Opening the door to innovation

  • What is required to tackle climate change? Some suggest it will take a Manhattan Project style initiative, which is to suggest that immense scale driven by brute force innovation and central planning will solve our problems. However, the Manhattan Project was completed under secrecy and well defined boundaries with no intention of generating commercial potential.
  • On the other hand, climate change is infinitely complex and involves technologies that span the public and private sectors. In this world success is measured in the market and commercialisation determines the winners and the losers. More importantly, the manner in which innovation is achieved has changed with a shift from ‘closed innovation’, such as the Manhattan Project and developments stemming from large corporate labs (e.g. Bell Labs, Xerox) to ‘open innovation’, which accounts for the pace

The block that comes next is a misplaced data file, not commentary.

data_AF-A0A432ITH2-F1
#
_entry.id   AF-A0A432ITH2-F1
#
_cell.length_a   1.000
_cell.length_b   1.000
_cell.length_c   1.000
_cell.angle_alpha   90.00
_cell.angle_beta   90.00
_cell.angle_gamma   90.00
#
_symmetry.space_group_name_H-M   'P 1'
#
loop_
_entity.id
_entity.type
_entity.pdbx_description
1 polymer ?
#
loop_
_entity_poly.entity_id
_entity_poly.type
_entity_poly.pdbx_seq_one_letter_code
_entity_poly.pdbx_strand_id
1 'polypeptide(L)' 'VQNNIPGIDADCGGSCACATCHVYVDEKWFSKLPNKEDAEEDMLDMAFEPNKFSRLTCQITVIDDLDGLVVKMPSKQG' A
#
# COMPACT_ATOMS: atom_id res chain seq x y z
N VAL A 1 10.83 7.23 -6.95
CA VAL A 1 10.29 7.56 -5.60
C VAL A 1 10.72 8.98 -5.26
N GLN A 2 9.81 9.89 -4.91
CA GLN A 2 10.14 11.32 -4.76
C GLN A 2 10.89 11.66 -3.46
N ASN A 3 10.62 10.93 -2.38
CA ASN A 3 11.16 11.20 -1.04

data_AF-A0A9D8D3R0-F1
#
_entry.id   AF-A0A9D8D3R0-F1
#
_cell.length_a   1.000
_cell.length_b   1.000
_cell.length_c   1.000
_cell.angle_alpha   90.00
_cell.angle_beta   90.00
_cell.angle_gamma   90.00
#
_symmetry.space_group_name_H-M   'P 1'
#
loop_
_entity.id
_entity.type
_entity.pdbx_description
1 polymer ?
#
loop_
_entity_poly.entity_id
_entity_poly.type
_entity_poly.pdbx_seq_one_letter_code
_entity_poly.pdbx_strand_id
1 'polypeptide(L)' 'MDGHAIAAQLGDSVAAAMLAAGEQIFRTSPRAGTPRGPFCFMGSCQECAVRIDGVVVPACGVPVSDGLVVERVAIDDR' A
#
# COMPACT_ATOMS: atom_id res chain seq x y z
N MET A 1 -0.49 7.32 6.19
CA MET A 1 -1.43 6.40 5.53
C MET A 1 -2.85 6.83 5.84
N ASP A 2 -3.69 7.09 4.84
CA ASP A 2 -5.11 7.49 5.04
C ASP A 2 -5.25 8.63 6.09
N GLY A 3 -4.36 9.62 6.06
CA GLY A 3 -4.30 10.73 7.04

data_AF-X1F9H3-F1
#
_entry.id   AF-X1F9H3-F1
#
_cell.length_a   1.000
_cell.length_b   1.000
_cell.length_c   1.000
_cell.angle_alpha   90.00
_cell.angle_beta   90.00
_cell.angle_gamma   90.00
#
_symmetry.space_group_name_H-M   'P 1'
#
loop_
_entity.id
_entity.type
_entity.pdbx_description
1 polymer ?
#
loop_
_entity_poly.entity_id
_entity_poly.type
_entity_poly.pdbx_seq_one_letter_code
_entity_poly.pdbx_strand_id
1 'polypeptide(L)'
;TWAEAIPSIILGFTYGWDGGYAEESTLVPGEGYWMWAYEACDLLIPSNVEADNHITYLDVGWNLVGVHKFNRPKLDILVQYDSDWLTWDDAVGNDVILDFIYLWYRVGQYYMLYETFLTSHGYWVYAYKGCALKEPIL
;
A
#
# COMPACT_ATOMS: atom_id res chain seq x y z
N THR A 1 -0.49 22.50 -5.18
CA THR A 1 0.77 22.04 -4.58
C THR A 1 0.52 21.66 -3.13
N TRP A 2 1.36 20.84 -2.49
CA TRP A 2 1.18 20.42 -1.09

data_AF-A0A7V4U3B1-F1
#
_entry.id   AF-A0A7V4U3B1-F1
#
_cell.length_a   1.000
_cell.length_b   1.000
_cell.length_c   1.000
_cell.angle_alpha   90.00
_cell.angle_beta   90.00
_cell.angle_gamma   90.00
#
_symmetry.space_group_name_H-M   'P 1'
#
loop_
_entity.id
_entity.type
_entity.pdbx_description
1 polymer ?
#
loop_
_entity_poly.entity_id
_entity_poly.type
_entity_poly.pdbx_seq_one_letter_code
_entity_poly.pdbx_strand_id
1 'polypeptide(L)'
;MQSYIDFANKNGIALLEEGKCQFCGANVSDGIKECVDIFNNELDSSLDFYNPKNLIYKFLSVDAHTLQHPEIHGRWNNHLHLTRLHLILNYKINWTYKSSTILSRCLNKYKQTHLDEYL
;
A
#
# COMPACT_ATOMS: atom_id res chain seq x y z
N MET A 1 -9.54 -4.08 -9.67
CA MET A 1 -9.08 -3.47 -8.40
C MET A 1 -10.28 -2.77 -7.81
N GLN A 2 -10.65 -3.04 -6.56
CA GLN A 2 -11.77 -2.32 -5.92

and fluidity of information.
  • The rise of information and communication technology, the shortening of product life cycles, the mobility of skilled labour and the availability of venture capital has meant that companies can no longer innovate behind closed doors. Doing so may lead to an inferior product.

Driving the green economy will be green technological innovations. This new approach cannot rely on old models of innovation and therefore, for technical advancements to flourish, government needs to incentivise the private sector to adopt the model of open innovation. This may be achieved through financing, regulation or private/public partnerships, however begs the question, will companies actually work together.

For more information, visit: http://tinyurl.com/bscov6m

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